"This year's Geminid shower was second only to the 1998 Leonid fireball display in my experience," said one west coast meteor watcher. "It was definitely worth being outside, despite the freezing weather!"

With a radiant declination of +33 degrees, the Geminids are generally regarded as a northern meteor shower. Nevertheless, there was a noticeable display this year in the southern hemisphere. Ian W. Cooper saw 13 meteors per hour from a dark sky site in New Zealand. Several were brighter than first magnitude, and two left orange-colored smoke trails that lingered for 2 to 5 seconds.

"This was by far the best session of Geminids that I have seen since the mid to late 1970's," reported Cooper. "Considering that the radiant point doesn't get much more than 10° above the horizon, it is surprising that the Geminids still come across as an impressive shower."

If you missed the Geminids, or if they simply whetted your appetite for more meteor watching, another meteor shower called the Quadrantids is just around the corner. Stay tuned to Science@NASA for details.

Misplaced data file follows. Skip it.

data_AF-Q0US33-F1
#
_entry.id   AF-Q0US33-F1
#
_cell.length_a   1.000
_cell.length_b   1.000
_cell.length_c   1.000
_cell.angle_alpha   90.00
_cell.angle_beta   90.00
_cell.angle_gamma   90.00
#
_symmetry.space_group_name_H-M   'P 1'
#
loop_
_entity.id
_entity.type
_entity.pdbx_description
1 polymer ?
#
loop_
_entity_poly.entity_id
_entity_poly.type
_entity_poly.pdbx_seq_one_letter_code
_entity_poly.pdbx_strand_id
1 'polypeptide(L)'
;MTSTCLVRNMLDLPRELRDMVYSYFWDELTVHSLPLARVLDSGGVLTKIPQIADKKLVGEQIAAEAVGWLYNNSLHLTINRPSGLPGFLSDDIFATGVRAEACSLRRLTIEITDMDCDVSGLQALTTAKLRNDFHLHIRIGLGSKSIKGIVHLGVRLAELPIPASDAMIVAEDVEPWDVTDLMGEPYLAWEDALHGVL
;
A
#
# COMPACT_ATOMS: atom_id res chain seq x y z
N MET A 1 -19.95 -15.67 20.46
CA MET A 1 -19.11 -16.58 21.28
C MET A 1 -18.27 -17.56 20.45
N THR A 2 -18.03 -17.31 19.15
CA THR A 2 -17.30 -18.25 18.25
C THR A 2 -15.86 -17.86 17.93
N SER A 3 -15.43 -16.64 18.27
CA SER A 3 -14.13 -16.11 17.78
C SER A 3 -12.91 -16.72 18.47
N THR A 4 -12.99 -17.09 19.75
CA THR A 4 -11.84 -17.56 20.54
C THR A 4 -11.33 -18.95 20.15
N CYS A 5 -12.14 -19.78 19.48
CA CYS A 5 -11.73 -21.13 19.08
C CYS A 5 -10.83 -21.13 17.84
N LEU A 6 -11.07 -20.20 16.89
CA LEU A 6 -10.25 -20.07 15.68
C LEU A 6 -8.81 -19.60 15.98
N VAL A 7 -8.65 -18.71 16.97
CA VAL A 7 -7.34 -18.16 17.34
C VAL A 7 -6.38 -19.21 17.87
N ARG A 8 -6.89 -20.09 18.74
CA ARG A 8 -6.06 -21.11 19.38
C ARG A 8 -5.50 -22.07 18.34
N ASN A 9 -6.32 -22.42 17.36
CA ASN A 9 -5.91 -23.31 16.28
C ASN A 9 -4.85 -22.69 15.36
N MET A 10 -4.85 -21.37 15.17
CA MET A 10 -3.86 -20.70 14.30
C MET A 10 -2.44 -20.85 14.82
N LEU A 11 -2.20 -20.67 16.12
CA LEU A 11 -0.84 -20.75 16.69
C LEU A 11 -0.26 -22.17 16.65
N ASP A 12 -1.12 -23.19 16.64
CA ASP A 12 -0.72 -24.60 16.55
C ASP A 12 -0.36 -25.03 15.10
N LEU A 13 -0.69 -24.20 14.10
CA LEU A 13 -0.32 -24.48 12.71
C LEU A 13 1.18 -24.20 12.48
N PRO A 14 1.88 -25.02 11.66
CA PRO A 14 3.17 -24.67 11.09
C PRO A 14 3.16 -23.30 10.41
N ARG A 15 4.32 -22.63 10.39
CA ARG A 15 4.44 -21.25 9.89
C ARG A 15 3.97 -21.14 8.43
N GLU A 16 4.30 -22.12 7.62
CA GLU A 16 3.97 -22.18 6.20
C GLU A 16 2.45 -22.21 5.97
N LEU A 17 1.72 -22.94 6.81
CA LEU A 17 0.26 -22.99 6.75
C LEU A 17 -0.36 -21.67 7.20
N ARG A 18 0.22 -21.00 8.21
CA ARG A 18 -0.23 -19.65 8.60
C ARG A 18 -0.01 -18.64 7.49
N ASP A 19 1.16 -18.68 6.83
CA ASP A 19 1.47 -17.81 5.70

Above: This video shows a bright Geminid meteor flying by the bright star Aldebaron in the constellation Taurus. The "V" shaped arrangement of stars are the horns of Taurus the Bull. The black and white video was recorded by Tony Phillips on Dec. 14, 1999 in Aspendell, California.
Above: Another bright, slow-moving Geminid meteor shoots through Orion on Dec. 14, 1999.
Web Links

Leonids Live! -site of the live webcast of the 1999 Leonids

North American Meteor Network - home page

Related Stories:
Leonids on the Moon -- Nov 3, 1999. Leonid meteorite impacts on the Moon might be visible from Earth and provide a means for long-distance lunar prospecting.

NASA Meteor Balloon Rises Again -- Nov 1, 1999. NASA scientists are planning to launch a weather balloon into the stratosphere on November 18 to capture a recording of the Leonids meteor shower from 100,000 ft.

Leonids in the Crystal Ball -- Oct 27, 1999. Is 1999 the year for a Leonids meteor storm? Experts make their predictions.

Pop! Ping! Perseids! -- Aug 13, 1999. The Science@NASA meteor balloon popped before reaching the stratosphere but many meteor enthusiasts still saw and heard the Perseid shower.